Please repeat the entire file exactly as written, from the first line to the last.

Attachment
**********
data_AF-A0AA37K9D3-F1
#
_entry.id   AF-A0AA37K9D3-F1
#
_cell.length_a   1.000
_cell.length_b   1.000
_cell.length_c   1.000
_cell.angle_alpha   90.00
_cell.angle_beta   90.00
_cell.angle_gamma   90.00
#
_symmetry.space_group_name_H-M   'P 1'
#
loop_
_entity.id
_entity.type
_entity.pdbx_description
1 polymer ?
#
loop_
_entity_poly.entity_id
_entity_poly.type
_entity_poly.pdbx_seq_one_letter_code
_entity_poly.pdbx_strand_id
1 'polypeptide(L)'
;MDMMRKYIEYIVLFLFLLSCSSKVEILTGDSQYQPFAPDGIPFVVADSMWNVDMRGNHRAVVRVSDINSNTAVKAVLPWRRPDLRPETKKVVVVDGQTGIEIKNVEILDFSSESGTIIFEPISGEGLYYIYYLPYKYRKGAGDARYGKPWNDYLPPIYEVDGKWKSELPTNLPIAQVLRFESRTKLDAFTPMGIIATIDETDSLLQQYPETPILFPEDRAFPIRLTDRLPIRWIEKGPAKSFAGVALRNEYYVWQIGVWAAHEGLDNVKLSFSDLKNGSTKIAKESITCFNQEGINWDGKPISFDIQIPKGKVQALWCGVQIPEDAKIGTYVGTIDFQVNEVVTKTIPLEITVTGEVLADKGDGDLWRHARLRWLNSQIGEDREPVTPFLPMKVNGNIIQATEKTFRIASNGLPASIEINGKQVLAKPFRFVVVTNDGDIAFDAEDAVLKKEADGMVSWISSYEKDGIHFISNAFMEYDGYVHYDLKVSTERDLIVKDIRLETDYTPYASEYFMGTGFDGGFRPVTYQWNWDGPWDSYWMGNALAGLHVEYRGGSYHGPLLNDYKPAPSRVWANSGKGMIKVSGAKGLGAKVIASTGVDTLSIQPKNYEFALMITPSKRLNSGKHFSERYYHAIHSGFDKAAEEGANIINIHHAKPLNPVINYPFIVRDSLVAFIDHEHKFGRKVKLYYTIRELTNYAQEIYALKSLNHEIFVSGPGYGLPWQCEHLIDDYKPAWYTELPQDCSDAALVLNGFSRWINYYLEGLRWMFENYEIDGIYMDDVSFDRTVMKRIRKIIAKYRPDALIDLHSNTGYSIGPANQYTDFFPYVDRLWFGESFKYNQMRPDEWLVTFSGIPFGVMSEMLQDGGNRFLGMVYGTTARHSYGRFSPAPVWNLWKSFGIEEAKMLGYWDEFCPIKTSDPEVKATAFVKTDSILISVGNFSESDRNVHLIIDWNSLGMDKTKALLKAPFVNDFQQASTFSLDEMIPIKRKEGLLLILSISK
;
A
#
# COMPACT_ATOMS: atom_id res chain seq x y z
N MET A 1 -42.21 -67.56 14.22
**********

data_AF-A0AA37K9D3-F1
#
_entry.id   AF-A0AA37K9D3-F1
#
_cell.length_a   1.000
_cell.length_b   1.000
_cell.length_c   1.000
_cell.angle_alpha   90.00
_cell.angle_beta   90.00
_cell.angle_gamma   90.00
#
_symmetry.space_group_name_H-M   'P 1'
#
loop_
_entity.id
_entity.type
_entity.pdbx_description
1 polymer ?
#
loop_
_entity_poly.entity_id
_entity_poly.type
_entity_poly.pdbx_seq_one_letter_code
_entity_poly.pdbx_strand_id
1 'polypeptide(L)'
;MDMMRKYIEYIVLFLFLLSCSSKVEILTGDSQYQPFAPDGIPFVVADSMWNVDMRGNHRAVVRVSDINSNTAVKAVLPWRRPDLRPETKKVVVVDGQTGIEIKNVEILDFSSESGTIIFEPISGEGLYYIYYLPYKYRKGAGDARYGKPWNDYLPPIYEVDGKWKSELPTNLPIAQVLRFESRTKLDAFTPMGIIATIDETDSLLQQYPETPILFPEDRAFPIRLTDRLPIRWIEKGPAKSFAGVALRNEYYVWQIGVWAAHEGLDNVKLSFSDLKNGSTKIAKESITCFNQEGINWDGKPISFDIQIPKGKVQALWCGVQIPEDAKIGTYVGTIDFQVNEVVTKTIPLEITVTGEVLADKGDGDLWRHARLRWLNSQIGEDREPVTPFLPMKVNGNIIQATEKTFRIASNGLPASIEINGKQVLAKPFRFVVVTNDGDIAFDAEDAVLKKEADGMVSWISSYEKDGIHFISNAFMEYDGYVHYDLKVSTERDLIVKDIRLETDYTPYASEYFMGTGFDGGFRPVTYQWNWDGPWDSYWMGNALAGLHVEYRGGSYHGPLLNDYKPAPSRVWANSGKGMIKVSGAKGLGAKVIASTGVDTLSIQPKNYEFALMITPSKRLNSGKHFSERYYHAIHSGFDKAAEEGANIINIHHAKPLNPVINYPFIVRDSLVAFIDHEHKFGRKVKLYYTIRELTNYAQEIYALKSLNHEIFVSGPGYGLPWQCEHLIDDYKPAWYTELPQDCSDAALVLNGFSRWINYYLEGLRWMFENYEIDGIYMDDVSFDRTVMKRIRKIIAKYRPDALIDLHSNTGYSIGPANQYTDFFPYVDRLWFGESFKYNQMRPDEWLVTFSGIPFGVMSEMLQDGGNRFLGMVYGTTARHSYGRFSPAPVWNLWKSFGIEEAKMLGYWDEFCPIKTSDPEVKATAFVKTDSILISVGNFSESDRNVHLIIDWNSLGMDKTKALLKAPFVNDFQQASTFSLDEMIPIKRKEGLLLILSISK
;
A
#
# COMPACT_ATOMS: atom_id res chain seq x y z
N MET A 1 -42.21 -67.56 14.22